Elementary pupils to learn meaning of peer leadership

EDUCATION NOTEBOOK

April 02, 2006|By JOHN-JOHN WILLIAMS IV

Pupils who serve as peer mediators, safety patrollers, peer mentors and student government representatives will gather Thursday at the Johns Hopkins University Applied Physics Laboratory near Laurel for "Super Leaders," the third Peer Leadership Conference.

The event, sponsored and coordinated by school counselors, will bring 450 pupils from 22 Howard County elementary schools and is intended to give pupils a sense of empowerment that they can take back to their schools.

"The objective is for students to leave the conference with a better understanding of the importance of their individual roles within their schools and the impact that they as individuals can have on the student body," said Beth Ivey, a counselor at Bellows Spring Elementary School.

"Even though they are in fourth or fifth grade, they can really make a difference in their school. We bring them in, pump them up and send them back to their schools, where they will spread it around."

The conference will include workshops, Texas-based keynote speaker Aric Bostick - known as "Mr. Enthusiasm" - and sessions by school system staff members on topics such as conflict resolution.

Ivey said the conference has been well-received in the past.

"I've heard comments like `This is the best field trip I've been to in my life.' They are excited that they have been able to go and leave there very excited."

Construction funding

School construction funding - and how to make it more predictable - will top the quarterly "chat" Wednesday between the school board and County Council..

"We are going to talk about long-term systemic shortfall in our budget," said school board Chairman Joshua Kaufman.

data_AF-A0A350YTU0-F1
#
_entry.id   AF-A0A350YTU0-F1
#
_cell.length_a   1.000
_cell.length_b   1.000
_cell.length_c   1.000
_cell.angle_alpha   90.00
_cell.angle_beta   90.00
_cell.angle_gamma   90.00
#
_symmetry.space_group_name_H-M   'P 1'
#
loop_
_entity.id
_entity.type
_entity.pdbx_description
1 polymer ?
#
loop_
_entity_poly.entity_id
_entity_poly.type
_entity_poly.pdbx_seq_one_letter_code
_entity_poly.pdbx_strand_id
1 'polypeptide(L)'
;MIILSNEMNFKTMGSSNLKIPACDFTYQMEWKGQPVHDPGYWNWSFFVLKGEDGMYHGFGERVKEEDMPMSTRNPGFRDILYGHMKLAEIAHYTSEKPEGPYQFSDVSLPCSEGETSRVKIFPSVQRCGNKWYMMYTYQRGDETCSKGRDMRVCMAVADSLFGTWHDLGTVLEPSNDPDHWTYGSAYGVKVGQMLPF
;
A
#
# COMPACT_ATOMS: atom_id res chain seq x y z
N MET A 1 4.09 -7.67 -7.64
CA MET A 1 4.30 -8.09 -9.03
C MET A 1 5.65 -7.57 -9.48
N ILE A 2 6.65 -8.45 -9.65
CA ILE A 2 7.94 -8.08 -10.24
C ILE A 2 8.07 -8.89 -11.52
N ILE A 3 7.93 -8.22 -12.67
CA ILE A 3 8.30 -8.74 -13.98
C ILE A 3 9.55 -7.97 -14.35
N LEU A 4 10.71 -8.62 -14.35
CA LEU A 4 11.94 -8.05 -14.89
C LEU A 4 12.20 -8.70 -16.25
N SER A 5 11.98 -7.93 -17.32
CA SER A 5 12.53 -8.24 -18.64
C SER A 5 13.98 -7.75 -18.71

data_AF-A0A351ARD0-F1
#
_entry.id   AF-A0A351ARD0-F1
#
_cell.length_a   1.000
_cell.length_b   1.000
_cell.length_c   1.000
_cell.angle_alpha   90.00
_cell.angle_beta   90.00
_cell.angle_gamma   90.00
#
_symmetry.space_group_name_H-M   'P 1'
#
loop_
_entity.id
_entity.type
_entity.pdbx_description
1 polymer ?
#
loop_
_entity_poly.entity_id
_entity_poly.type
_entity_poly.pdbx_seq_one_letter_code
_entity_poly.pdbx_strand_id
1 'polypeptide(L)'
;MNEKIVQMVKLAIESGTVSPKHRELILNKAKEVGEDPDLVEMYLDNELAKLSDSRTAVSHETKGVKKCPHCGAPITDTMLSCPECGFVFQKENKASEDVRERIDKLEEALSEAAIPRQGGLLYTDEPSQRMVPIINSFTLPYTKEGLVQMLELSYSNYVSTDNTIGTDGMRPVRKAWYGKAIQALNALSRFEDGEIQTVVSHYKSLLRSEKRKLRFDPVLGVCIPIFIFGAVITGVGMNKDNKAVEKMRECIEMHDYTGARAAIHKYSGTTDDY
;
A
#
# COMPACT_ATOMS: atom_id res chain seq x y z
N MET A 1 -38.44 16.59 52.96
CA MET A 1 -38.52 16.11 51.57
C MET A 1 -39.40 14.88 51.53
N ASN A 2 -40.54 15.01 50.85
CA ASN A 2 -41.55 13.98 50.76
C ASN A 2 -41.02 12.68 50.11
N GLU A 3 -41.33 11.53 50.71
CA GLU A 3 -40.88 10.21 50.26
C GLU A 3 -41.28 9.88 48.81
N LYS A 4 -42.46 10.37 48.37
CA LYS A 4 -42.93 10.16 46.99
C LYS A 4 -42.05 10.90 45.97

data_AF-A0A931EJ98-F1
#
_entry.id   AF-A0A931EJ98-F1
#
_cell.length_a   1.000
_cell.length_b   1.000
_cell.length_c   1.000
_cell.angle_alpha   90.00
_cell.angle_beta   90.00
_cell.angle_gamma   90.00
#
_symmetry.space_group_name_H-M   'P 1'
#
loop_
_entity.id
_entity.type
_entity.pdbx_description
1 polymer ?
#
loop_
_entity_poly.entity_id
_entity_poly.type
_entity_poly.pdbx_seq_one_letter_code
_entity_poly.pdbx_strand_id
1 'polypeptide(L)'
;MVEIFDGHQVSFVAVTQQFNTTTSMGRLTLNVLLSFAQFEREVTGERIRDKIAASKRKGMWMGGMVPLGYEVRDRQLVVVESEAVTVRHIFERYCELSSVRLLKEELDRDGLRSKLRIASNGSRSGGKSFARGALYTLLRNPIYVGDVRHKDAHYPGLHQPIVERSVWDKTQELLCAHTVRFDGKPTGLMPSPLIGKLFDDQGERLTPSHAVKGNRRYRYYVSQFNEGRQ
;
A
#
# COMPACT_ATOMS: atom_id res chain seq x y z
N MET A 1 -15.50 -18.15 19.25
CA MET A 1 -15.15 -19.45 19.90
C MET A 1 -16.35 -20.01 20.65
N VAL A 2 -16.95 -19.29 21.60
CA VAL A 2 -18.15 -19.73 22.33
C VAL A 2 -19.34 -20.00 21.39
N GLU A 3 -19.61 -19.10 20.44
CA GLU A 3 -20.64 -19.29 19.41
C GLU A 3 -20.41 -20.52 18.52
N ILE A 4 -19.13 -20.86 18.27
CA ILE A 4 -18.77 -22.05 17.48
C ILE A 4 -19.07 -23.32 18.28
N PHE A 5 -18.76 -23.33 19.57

Money from an excise tax approved in 2004 will run out when the system receives an estimated final payment of $5 million for fiscal 2007. After that, the system will have no dedicated funds for capital requests and will have to lobby along with other government agencies for funding.

Hovering in the background Wednesday is the school board's combined $654 million operating and capital budget requests, though lobbying will not dominate the discussion, said Kaufman. "That's a whole separate thing," he said, referring to coming budget meetings with the council. "We will grab a cup of coffee and chat [Wednesday]. These are informal meetings."

Also on the agenda are the system's newly approved wellness and physical activity policy and efforts to improve mathematics scores.

The meeting, which is open to the public, is scheduled for 8:15 a.m. in the boardroom at the Department of Education, 10910 Route 108 in Ellicott City.

Multicultural conference

Nearly 600 educators gathered at Reservoir High School recently for the Maryland Multicultural Coalition's state conference.

Participants had the choice of attending more than 30 workshops on such topics as increasing mathematic proficiency of underachieving African-American males to fighting bias and stereotypes.

Educators from 14 counties turned out for the conference, including Howard County Superintendent Sydney L. Cousin and board members Patricia Gordon and Mary Kay Sigaty.

Rep. Elijah E. Cummings, a 7th District Democrat, was the keynote speaker.

"We set the bar very high to have a successful conference," said Min Kim, coordinator of equity assurance for the system and executive board member for the coalition. "It was huge and wonderful."

Howard County was chosen for the conference because it is centrally located, because of the system's efforts to embrace cultural proficiency and because several key members of the coalition, including the conference's chairwoman, Debbie Misiag, work in Howard, Kim said.

But the conference was not all workshops.

It included performances by a jazz ensemble, traditional Korean dancers and salsa dancers from Reservoir High School.

Members from the Chinese Language School, the Muslim Council of Howard County and Parents, Families and Friends of Lesbians and Gays worked at booths and distributed information.

"They also presented information to teachers on how to work with students and what you need to know about the culture to share with the students," Kim said. "You have to know who you are teaching to teach them best."

john-john.williams@baltsun.com

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